Living with bipolar disorder comes down to management. Or so a big proportion of scholars, researchers, psychiatrists, therapists, doctors and pundits suggest. To many, management means one thing – medication. But I think this is only one twelfth of the story of being bipolar. And today we represent a significant population. Astonishingly, 1 in every 100 people in the UK will be diagnosed with bipolar at some point in their lives. And that statistic alone says something ominous about those that are never diagnosed. What is clear is that bipolar is no longer an illness of the few and it demands a new treatment philosophy.
No matter whether you are having a ‘good’ day, flying around taking over the world or in bed nesting incommunicado, Manic Depressive Illness by its very nature is a force to be reckoned with. It is flux – an overwhelming, exciting, terrifying, enticing, emotional tumble dryer of energy. Bipolar Disorder, like energy is three-dimensional. There is never just one thing going on.
Whilst I appreciate the benefits of mood diaries and mood planning, they are linear. A scale of 1 – 10 may be helpful for third parties to assess, support and provide treatment or plot trends and triggers. But in reality, a bipolars’ emotional state incorporates a complex set of feelings. It is often a sensory overload and on many occasions not just a ‘2’ or ‘8’. There are sights, smells, tastes, sounds and touch to consider in that number.
If you are hypomanic or cyclothymic, then what you plotted a minute ago can be very different to plotting in an hour or even in the next few minutes. And cognitively, the brain may be taking a day off so thinking clearly, accessing short-term memories and stringing a coherent sentence together is frankly impossible and hugely disheartening.
A linear scale therefore just doesn’t explain that multidimensional level of occurrences. It is too limiting. Brain biology is complex and beautiful. So why simplify a triangular emotional, sensory and cognitive state into a solitary number, especially as bipolar disorder resists fervently to being micro managed?
Perhaps solutionising in this manner and plotting against that infamous axis in an assessment room makes it easier for psychiatrists to medicate against. A panacea? I suppose that is one argument and one way of doing things. My belief is that in order to live with bipolar, we must respect it, not be obsessed by managing it. Management depicts being sat in front of a desk – you versus bipolar. No! To respect something, one must understand it fully and work with it. Not work opposite it managerially.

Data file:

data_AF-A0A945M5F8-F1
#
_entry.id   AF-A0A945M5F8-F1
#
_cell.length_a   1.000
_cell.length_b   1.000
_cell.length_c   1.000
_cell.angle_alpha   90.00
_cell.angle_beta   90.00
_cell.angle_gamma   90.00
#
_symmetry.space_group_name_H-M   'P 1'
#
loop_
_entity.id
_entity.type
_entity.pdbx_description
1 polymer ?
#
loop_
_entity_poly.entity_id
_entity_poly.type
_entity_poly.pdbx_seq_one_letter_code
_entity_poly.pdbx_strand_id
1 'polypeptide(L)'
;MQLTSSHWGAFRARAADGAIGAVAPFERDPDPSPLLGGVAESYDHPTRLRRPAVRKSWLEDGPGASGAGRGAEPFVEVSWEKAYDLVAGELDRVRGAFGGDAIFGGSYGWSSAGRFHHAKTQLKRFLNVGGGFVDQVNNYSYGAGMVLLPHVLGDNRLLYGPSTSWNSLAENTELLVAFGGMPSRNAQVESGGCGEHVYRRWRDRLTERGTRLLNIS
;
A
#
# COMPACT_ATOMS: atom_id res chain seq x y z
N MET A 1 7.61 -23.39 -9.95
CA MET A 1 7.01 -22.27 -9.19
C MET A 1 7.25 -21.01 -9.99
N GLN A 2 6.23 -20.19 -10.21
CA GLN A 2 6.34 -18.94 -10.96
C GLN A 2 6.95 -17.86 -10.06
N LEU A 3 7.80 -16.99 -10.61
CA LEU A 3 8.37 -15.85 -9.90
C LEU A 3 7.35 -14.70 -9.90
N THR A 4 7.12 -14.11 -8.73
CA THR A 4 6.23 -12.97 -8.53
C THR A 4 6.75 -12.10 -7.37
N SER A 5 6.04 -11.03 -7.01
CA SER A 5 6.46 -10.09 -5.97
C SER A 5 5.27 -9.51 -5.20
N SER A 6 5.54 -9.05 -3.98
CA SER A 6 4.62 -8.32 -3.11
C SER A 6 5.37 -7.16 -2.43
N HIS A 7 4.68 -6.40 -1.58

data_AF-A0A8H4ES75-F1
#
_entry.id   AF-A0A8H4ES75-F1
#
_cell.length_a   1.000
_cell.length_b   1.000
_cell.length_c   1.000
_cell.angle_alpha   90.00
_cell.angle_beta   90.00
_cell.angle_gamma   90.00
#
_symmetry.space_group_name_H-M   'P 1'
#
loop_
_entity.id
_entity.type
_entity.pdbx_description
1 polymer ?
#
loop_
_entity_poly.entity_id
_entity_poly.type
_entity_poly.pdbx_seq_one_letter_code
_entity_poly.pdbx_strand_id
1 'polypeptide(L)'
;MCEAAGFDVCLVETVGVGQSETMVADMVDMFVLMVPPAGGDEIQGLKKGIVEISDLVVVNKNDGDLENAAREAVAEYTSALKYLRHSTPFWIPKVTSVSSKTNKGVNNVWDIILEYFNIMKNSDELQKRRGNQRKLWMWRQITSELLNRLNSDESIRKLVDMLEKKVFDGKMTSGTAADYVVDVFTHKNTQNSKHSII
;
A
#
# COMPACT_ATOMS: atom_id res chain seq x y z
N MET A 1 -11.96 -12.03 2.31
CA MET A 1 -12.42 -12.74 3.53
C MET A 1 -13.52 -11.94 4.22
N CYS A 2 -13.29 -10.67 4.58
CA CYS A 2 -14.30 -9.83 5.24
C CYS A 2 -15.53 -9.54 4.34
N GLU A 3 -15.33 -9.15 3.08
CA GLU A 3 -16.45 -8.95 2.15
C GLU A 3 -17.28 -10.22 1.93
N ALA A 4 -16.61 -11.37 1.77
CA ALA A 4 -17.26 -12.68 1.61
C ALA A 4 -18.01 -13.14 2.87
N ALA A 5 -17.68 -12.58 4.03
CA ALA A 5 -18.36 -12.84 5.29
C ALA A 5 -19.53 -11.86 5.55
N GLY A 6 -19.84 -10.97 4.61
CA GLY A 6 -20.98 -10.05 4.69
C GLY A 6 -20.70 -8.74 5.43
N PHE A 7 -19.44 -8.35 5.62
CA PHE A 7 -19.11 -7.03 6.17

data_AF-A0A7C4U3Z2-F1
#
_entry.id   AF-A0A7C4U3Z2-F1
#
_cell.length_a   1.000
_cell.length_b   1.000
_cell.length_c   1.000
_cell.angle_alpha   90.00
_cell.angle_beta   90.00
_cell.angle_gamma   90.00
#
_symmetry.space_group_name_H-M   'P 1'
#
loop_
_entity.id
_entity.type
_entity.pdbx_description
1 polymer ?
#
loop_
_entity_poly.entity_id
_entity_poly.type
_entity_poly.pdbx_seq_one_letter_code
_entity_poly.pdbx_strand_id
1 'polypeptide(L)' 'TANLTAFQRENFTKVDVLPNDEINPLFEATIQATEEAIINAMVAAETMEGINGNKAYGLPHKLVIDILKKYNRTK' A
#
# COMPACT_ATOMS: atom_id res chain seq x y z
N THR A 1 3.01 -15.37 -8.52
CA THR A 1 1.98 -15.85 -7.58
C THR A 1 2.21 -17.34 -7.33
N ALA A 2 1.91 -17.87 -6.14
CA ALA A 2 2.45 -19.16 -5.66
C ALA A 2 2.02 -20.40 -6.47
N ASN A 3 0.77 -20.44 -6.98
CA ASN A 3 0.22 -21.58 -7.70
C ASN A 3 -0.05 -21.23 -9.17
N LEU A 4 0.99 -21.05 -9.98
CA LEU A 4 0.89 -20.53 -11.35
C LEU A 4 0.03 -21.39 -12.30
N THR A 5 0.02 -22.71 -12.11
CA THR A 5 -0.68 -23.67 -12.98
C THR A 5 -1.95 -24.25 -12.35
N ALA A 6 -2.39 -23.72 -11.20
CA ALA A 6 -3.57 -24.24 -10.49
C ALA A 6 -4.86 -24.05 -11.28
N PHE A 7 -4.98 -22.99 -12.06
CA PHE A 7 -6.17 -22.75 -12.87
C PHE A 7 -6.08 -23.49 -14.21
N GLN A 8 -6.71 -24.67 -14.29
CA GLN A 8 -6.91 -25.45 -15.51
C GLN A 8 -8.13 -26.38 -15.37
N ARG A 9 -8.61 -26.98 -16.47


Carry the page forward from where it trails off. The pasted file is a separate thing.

Rather, get to know your bipolar natural rhythm. For me, an orchestra of twelve different contributors play bipolar’s beat. These include Nutrition, Exercise, Meditation, Yoga, Psychotherapy, Honest Relationships, Creativity, Sobriety, Support Groups, Orthomolecular Medicine, Self Compassion and Medication.
All are important. All are interconnected and must be kept moving in the same direction, like spokes of a wheel. This applies to all mental illnesses not just bipolar. Each spoke plays its part in the integrity of the wheel. If a spoke breaks, it causes the wheel to buckle. The natural force of gravity keeps the wheel from getting airborne. The twelve spokes of respecting the force of bipolar ensure the wheel is centred. Together these powerful forces are grounded. Not on a solitary linear scale. We are centred. Where we prefer to be.
To do each of the twelve spokes justice, I would need to write a book on each and we don’t have time for that today. This series provides a glimpse into my spokes of the wheel philosophy and forms the backbone of Psyche Pow! – To inspire and kindly educate people that suffer with mental health illnesses that there is never just one solution. New treatments are being explored every day with scientific and holistic bodies of research readily available to validate Eastern and Western doctrines.
I’m 39 and having experienced bipolar disorder most of my life, I feel I have a pretty good handle on what works, what doesn’t, what causes triggers and what fills my soul with joy. Often I get this stuff wrong though. I forget to do things. Or I neglect to do what is good for me. Sometimes I have to remind myself of the twelve spokes. But that’s my bipolar and me. And I’m learning that’s okay. Hopefully you are too.
Tune into the next instalment of my Twelve Spokes of the Wheel philosophy by following or signing up for Psyche Pow! email updates.
Coming very soon.
Be well and stay hopeful. Ben